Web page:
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Asymptotic Distribution of JIVE in a Heteroskedastic IV Regression with Many Instruments

  • Norman R. Swanson


    (Rutgers University)

  • John C. Chao


    (University of Maryland)

  • Jerry A. Hausman



  • Whitney K. Newey



  • Tiemen Woutersen


    (Johns Hopkins University)

This paper derives the limiting distributions of alternative jackknife IV (JIV ) estimators and gives formulae for accompanying consistent standard errors in the presence of heteroskedasticity and many instruments. The asymptotic framework includes the many instrument sequence of Bekker (1994) and the many weak instrument sequence of Chao and Swanson (2005). We show that J IV estimators are asymptotically normal; and that standard errors are consistent provided that √Kn/rn → 0, as n → ∞, where Kn and rn denote, respectively, the number of instruments and the rate of growth of the concentration parameter. This is in contrast to the asymptotic behavior of such classical IV estimators as LIML, B2SLS, and 2SLS, all of which are inconsistent in the presence of heteroskedasticity, unless Kn/rn → 0. We also show that the rate of convergence and the form of the asymptotic covariance matrix of the JIV estimators will in general depend on strength of the instruments as measured by the relative orders of magnitude of rn and Kn.

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Paper provided by Rutgers University, Department of Economics in its series Departmental Working Papers with number 201110.

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Length: 20 pages
Date of creation: 15 May 2011
Date of revision:
Handle: RePEc:rut:rutres:201110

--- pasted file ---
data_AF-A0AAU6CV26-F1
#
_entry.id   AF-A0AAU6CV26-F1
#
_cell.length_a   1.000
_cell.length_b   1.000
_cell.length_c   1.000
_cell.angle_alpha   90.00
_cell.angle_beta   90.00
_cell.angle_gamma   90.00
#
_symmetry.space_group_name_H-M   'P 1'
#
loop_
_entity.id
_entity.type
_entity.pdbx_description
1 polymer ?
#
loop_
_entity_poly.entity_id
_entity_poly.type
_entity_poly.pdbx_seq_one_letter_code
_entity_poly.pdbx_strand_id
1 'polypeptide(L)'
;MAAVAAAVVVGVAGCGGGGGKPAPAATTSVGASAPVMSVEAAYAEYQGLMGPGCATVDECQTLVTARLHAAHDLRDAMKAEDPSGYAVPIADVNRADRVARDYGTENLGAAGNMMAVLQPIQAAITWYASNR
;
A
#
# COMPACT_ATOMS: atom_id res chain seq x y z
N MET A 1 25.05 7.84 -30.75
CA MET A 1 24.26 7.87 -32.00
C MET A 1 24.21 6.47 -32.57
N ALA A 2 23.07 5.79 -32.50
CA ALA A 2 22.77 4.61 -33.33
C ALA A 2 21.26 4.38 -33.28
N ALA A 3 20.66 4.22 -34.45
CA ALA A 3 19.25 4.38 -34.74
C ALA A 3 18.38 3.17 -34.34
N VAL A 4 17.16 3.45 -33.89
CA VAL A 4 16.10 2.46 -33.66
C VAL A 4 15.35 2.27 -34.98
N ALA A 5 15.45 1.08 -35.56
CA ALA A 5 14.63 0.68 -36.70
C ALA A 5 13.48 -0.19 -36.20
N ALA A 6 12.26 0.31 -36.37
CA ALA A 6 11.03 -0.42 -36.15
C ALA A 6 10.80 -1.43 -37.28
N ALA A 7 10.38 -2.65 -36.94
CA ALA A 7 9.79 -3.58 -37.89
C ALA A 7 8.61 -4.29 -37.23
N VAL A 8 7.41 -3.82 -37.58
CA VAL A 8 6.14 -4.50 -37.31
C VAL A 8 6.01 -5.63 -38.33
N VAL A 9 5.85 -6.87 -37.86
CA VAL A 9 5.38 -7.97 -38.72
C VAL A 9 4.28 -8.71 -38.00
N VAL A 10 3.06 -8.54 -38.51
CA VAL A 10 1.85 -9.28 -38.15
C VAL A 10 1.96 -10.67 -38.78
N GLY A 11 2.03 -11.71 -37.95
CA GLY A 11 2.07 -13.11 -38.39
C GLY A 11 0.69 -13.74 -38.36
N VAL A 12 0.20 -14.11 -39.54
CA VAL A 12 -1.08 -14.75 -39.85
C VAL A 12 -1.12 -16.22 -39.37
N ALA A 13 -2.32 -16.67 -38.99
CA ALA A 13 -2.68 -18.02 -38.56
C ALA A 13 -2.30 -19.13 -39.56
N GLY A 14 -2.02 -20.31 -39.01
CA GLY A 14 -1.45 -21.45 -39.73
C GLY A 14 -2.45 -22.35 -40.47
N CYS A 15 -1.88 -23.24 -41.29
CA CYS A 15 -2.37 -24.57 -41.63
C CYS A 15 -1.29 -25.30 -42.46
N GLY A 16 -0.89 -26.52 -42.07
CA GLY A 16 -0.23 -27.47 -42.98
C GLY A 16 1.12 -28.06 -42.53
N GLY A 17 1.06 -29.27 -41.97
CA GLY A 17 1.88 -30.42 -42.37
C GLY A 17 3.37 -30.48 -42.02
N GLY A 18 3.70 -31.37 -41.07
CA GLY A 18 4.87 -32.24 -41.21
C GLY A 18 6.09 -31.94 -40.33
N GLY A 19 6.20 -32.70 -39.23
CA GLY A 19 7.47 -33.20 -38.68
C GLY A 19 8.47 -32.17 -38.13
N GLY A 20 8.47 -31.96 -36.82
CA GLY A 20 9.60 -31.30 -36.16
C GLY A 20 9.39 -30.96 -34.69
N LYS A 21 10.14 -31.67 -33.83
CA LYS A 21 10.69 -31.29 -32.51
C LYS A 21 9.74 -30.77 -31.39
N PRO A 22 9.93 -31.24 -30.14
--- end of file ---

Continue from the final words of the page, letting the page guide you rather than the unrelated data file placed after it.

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  1. Chirok Han & Peter C. B. Phillips, 2006. "GMM with Many Moment Conditions," Econometrica, Econometric Society, vol. 74(1), pages 147-192, 01.
  2. Paul A. Bekker & Jan Ploeg, 2005. "Instrumental variable estimation based on grouped data," Statistica Neerlandica, Netherlands Society for Statistics and Operations Research, vol. 59(3), pages 239-267.
  3. Joshua D. Angrist & Guido W. Imbens & Alan Krueger, 1995. "Jackknife Instrumental Variables Estimation," NBER Technical Working Papers 0172, National Bureau of Economic Research, Inc.
  4. Daniel A. Ackerberg & Paul J. Devereux, 2009. "Improved JIVE Estimators for Overidentified Linear Models with and without Heteroskedasticity," The Review of Economics and Statistics, MIT Press, vol. 91(2), pages 351-362, May.
  5. Russell Davidson & James G. MacKinnon, 2004. "The Case Against JIVE," Working Papers 1031, Queen's University, Department of Economics.
  6. Hahn, Jinyong, 2002. "Optimal Inference With Many Instruments," Econometric Theory, Cambridge University Press, vol. 18(01), pages 140-168, February.
  7. Smith, Richard J, 1997. "Alternative Semi-parametric Likelihood Approaches to Generalised Method of Moments Estimation," Economic Journal, Royal Economic Society, vol. 107(441), pages 503-19, March.
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  9. Whitney Newey & Richard Smith, 2003. "Higher order properties of GMM and generalised empirical likelihood estimators," CeMMAP working papers CWP04/03, Centre for Microdata Methods and Practice, Institute for Fiscal Studies.
  10. Phillips, Garry D A & Hale, C, 1977. "The Bias of Instrumental Variable Estimators of Simultaneous Equation Systems," International Economic Review, Department of Economics, University of Pennsylvania and Osaka University Institute of Social and Economic Research Association, vol. 18(1), pages 219-28, February.
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  16. Blomquist, Soren & Dahlberg, Matz, 1999. "Small Sample Properties of LIML and Jackknife IV Estimators: Experiments with Weak Instruments," Journal of Applied Econometrics, John Wiley & Sons, Ltd., vol. 14(1), pages 69-88, Jan.-Feb..
  17. John C. Chao & Norman R. Swanson, 2005. "Consistent Estimation with a Large Number of Weak Instruments," Econometrica, Econometric Society, vol. 73(5), pages 1673-1692, 09.
  18. Kajal Lahiri & Chuanming Gao, 2001. "A Comparison of Some Recent Bayesian and Classical Procedures for Simultaneous Equation Models with Weak Instruments," Discussion Papers 01-15, University at Albany, SUNY, Department of Economics.
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